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Hack Leads to Theft of Ethereum Digital Coins from Wallet Users


An attack on the DNS (domain name system) of MyEtherWallet (MEW) interface of widely used Ethereum wallet on April 24 took the wallet users onto some inappropriate servers that resulted in the leakage of their login particulars.


It was nearly 2 hours at a stretch when the hacker diverted the users from MEW provider onto one fake website. From that website deposits of the Ethereum crypto-currency got clandestinely funneled into one hacker-controlled source. Pcmag.com posted this on the Web dated April 24, 2018.


An extremely busy crypto-currency exchange Binance posted on twitter.com that a few MEW owners reported they faced problems while loading the website. Disturbingly, many individuals may've got victimized with the scam. Evidently, there were approximately 180 transactions coming into the address under the control of the hacker during the attack after which 215 Ether coins equivalent of $151,000 were transferred to one different wallet.


As the phony site of original MyEtherWallet.com used one unreliable TLS/SSL certificate, victims were made to follow an error message of HTTPS kind. Over time the dacoits garnered $17 million worth of Ethereum into their wallet.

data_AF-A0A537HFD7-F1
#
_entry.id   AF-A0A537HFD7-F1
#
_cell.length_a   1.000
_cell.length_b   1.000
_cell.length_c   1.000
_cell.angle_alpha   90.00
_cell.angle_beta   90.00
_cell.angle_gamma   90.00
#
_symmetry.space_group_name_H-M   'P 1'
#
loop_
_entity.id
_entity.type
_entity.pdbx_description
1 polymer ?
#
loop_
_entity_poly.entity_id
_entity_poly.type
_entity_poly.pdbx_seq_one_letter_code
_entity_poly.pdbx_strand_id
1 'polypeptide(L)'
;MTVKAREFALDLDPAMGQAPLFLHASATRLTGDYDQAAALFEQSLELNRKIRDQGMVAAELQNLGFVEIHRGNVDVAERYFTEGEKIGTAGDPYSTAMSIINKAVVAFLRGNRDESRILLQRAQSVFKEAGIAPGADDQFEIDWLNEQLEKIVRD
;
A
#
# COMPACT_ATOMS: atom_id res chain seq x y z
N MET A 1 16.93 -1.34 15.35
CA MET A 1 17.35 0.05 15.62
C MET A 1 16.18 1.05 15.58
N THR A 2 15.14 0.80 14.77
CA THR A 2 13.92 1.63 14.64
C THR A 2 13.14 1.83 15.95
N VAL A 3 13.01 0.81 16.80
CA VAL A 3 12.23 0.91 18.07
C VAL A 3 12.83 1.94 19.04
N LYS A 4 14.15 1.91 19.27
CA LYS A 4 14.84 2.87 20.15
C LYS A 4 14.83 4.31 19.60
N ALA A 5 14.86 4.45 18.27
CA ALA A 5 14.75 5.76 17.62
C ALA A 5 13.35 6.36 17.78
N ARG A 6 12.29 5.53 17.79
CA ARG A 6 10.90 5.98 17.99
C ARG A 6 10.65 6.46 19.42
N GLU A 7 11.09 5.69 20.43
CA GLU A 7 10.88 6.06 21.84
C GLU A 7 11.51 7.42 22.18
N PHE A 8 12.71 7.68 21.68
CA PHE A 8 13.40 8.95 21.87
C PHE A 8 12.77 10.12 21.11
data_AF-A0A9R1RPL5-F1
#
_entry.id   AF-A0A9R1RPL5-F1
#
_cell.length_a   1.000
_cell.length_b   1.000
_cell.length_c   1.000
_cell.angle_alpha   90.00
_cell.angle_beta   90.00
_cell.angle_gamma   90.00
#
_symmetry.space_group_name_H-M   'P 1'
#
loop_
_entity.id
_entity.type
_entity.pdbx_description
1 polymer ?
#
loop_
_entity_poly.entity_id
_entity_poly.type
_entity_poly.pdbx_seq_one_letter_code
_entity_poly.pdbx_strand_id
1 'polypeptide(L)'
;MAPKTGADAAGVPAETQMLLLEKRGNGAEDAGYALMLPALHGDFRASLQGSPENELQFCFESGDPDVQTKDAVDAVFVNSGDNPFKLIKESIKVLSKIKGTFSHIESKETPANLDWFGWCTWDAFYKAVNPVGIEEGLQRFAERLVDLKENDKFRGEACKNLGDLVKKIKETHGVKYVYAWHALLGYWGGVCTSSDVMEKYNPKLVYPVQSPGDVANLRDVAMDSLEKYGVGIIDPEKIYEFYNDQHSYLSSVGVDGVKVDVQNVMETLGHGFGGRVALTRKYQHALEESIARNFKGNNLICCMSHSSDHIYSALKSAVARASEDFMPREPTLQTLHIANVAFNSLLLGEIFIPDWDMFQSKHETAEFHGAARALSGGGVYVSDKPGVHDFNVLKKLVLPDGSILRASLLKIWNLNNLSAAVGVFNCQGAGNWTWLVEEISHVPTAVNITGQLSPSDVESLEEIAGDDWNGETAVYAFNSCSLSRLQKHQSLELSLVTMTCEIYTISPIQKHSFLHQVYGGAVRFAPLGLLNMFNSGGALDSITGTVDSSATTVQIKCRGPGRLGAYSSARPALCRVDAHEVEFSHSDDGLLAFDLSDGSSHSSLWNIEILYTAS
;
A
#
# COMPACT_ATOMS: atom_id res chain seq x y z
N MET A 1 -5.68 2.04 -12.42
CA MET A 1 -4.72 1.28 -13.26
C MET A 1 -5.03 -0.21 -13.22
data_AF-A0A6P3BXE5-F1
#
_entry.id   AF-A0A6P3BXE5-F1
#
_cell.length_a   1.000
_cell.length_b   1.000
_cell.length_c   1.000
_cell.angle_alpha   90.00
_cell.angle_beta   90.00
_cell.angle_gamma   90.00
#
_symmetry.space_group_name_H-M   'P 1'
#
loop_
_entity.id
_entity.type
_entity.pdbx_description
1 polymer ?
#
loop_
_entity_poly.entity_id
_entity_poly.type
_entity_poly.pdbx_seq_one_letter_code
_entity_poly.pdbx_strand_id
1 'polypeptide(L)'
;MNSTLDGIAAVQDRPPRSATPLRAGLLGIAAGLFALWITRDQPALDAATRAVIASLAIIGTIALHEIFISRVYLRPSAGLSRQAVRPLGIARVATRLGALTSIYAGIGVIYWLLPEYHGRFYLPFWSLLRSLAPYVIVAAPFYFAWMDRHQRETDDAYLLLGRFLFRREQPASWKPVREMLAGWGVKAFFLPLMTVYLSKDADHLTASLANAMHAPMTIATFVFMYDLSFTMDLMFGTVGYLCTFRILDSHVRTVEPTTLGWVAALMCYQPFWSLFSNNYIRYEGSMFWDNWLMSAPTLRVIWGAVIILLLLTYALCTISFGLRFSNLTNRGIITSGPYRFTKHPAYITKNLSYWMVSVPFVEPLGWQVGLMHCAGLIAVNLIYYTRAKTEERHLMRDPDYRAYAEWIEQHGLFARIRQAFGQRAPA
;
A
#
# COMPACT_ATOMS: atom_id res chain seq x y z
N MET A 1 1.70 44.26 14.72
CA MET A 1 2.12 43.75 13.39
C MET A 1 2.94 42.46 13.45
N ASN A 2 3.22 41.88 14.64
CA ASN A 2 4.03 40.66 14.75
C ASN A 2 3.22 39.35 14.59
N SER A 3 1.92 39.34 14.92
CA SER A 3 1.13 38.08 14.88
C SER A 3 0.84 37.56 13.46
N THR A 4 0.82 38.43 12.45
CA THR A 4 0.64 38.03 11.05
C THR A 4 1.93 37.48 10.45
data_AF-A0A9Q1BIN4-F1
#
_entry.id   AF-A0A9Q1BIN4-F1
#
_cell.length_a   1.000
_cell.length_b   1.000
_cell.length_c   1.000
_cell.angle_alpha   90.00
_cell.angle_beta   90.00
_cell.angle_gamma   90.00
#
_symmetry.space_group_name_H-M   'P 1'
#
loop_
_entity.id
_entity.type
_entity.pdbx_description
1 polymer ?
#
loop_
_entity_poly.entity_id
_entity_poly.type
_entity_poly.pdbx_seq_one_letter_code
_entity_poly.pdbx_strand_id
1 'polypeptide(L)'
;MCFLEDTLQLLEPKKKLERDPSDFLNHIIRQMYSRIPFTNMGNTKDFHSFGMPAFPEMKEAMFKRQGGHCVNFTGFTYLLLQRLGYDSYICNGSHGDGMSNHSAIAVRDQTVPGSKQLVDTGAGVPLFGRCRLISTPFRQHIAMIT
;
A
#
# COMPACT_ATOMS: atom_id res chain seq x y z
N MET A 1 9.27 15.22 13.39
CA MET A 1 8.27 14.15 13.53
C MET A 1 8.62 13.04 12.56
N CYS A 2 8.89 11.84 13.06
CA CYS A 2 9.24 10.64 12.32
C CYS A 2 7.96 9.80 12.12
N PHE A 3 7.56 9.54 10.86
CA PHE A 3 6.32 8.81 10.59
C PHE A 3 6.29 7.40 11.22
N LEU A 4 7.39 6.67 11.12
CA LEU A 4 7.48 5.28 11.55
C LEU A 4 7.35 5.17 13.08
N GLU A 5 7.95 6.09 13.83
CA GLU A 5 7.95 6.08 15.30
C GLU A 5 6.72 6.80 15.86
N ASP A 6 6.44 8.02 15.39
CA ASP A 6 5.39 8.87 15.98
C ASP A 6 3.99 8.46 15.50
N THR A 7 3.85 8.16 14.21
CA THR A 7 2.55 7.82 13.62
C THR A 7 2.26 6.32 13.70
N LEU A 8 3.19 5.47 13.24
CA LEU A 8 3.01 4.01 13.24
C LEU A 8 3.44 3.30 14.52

As MyEtherWallet explains via the Reddit site, the attackers managed compromising several DNS servers for diverting users of the Ether wallet who wanted accessing myetherwallet.com and made them to land on one phishing site in place of the real site where their account details were filched.


MEW, which has confirmed the hack, recalls several accusations about one DNS hack targeted on it during January. The accusations were from BLUE (Ethereum Blue) developers that MEW then categorically dismissed as certain foolish lie.


On April 24, reports came in about issues disturbing the DNS facility of Google. Binance twitted early morning informing users there were problems that Google DNS had been facing. It seems people using the platform were affected. However, there apparently isn't any indication that Google DNS problem has a connection with the DNS compromise of MEW.


Visitors diverted onto the fake MEW site at the time of the incident would have seen on their screen a pop-up cautioning about the website providing a dubious digital certificate.

» SPAMfighter News - 4/30/2018

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